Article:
This thesis reports on experimental investigations using high-intensity (> 1018W/cm2) lasers pulses to ionise and accelerate electrons from thick solid targets in order to generate a bright bremsstrahlung source. Throughout the work the focus has been, firstly, to better understand the process behind the generation of x-rays within solid target interactions and, secondly, to apply this understanding to radiography of industrial samples. Across three experimental investigations aspects of the x-ray source are addressed; in the first the spatial evolution of the x-ray source is investigated; in the second a mechanism to increase converse from laser into electrons is considered; and in the third a simple method to increase the conversion from electrons to x-rays is explored.As part of the research presented within this thesis, a novel diagnostic was developed to overcome limitations in current diagnostics that measure the spatial characteristics of the emitted x-ray source. This diagnostic was a curved foil, designed to ensure that over a large field of view the x-ray experienced a uniform transmission length - reducing the inherent uncertainty in knife edge techniques. The foil was calibrated to ensure accurate measurements at x-ray energies > 100 keV and applied throughout the research herein to characterise the emitted profile. The first experimental chapter explores the spatial characteristics of the xray profile. Using the curved foil, a two source structure was measured consistently in solid target interactions that emerges due to the recirculation of electrons. A narrow central source, and a broad secondary source. By defocusing the laser (and reducing the intensity on target) the x-ray flux produced by the small central source dominates over the secondary source and produces a sharper radiograph.;The flux of this second source was investigated through an analytical model that treated the sheath as a threshold to drive recirculation of electrons through the target. This model found good agreement with the measured results, and can be applied to predict the optimum defocus for different target materials and thicknesses.The second chapter utilises a capillary target to trap the laser light and increase the conversion into electrons, the initial concept was to invoke numerous low intensity interactions as the laser propagated through the capillary.This would, in theory, produce a high flux - low temperature electron population that in turn would produce a high flux of x-rays. However, it was found that the flux increased but the temperature remained similar to that of a solid target. PIC simulations demonstrate that the electrons experience a series of accelerations within the capillary, undergoing direct-laser-acceleration (DLA)as lateral fields emerge within the channel.The final chapter outlines a simple targetry change to confine and enhance the x-ray emission from solid targets. By using a standing wire geometry, instead of a foil target, the electron expansion is confined to the lateral extent of the wire. The resultant field that emerges on the surface of the wire is greater in magnitude than that of a foil and develops sooner into the acceleration window recirculating more of the electrons within the target. This results in a significant, 50%, increase in total x-ray flux from the same laser conditions,and an increase in imaging quality of 2:6 due to the increase in flux and the confinement of the lateral x-ray source.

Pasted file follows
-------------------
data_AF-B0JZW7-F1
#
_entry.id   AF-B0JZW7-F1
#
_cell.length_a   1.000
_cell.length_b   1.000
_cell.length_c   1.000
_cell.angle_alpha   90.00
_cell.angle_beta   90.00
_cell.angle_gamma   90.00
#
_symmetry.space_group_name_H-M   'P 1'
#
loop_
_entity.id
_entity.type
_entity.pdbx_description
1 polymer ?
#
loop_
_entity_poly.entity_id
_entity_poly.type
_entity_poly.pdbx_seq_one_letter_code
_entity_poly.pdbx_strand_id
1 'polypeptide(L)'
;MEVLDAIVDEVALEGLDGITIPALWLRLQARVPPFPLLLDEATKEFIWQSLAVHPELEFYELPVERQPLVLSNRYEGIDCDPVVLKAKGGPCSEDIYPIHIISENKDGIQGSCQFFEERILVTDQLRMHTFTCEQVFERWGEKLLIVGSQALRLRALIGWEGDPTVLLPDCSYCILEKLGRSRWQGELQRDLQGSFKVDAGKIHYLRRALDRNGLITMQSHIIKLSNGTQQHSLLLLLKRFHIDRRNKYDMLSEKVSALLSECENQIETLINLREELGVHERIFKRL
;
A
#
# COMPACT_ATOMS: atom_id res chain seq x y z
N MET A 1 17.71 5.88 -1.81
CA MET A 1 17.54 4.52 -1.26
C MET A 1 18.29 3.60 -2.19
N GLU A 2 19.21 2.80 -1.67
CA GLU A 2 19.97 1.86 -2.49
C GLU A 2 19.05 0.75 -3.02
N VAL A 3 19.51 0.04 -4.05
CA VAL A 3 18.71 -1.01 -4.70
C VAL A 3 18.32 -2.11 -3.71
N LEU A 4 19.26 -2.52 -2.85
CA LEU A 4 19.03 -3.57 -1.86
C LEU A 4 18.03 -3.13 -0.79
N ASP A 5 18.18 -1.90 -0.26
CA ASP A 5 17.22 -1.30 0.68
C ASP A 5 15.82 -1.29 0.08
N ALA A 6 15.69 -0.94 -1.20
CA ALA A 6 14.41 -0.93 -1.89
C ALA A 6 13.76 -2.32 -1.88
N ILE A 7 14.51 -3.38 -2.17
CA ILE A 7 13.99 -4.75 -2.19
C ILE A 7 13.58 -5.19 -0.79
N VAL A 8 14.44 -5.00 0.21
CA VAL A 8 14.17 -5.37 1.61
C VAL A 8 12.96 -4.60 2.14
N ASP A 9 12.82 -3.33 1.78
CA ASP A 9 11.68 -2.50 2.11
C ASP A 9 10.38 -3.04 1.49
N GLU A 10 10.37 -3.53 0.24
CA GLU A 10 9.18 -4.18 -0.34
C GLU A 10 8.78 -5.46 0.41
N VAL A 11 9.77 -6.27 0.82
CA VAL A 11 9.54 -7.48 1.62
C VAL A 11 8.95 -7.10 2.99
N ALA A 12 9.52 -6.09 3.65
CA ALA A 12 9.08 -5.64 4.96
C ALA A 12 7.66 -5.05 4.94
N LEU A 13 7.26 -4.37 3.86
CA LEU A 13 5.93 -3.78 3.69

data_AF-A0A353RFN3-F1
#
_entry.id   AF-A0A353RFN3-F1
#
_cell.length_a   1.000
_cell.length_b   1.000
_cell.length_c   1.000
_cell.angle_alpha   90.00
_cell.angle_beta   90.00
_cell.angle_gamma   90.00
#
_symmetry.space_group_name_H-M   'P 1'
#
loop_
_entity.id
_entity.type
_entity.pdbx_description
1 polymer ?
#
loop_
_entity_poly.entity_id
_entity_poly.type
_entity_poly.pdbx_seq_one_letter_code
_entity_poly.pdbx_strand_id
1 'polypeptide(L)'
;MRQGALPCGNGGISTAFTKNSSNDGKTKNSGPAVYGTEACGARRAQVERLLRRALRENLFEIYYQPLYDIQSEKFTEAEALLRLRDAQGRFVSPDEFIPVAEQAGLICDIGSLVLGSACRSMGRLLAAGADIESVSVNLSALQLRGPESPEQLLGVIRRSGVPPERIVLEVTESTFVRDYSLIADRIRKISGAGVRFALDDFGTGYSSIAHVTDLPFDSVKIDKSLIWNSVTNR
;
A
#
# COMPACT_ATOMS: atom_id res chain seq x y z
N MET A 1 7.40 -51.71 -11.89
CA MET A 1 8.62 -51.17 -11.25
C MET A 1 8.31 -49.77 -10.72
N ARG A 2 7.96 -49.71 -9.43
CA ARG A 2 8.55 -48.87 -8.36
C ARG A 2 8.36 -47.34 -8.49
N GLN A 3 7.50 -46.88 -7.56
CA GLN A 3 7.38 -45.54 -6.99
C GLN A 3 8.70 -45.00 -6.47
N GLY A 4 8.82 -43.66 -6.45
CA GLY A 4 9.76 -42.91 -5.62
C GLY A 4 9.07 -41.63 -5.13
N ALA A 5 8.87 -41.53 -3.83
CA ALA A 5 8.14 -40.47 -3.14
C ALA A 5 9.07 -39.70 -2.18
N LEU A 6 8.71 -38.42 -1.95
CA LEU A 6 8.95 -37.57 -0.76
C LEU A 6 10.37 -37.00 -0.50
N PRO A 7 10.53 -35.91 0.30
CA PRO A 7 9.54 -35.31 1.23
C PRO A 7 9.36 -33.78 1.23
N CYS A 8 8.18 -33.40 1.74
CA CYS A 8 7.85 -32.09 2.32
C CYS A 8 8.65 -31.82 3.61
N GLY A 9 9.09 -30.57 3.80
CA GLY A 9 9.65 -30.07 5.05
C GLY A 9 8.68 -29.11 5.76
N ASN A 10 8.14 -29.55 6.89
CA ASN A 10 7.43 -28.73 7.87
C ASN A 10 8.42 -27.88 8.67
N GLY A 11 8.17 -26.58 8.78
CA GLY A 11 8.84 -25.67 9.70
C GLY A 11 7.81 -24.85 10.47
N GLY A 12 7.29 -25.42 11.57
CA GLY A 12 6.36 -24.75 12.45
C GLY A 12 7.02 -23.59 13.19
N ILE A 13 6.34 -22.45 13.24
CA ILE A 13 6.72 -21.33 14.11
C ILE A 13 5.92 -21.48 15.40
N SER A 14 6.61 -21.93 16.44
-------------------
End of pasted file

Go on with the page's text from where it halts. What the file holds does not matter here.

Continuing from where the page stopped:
|Date of Award||19 Sep 2019|
- University Of Strathclyde
|Supervisor||Paul McKenna (Supervisor) & Zheng-Ming Sheng (Supervisor)|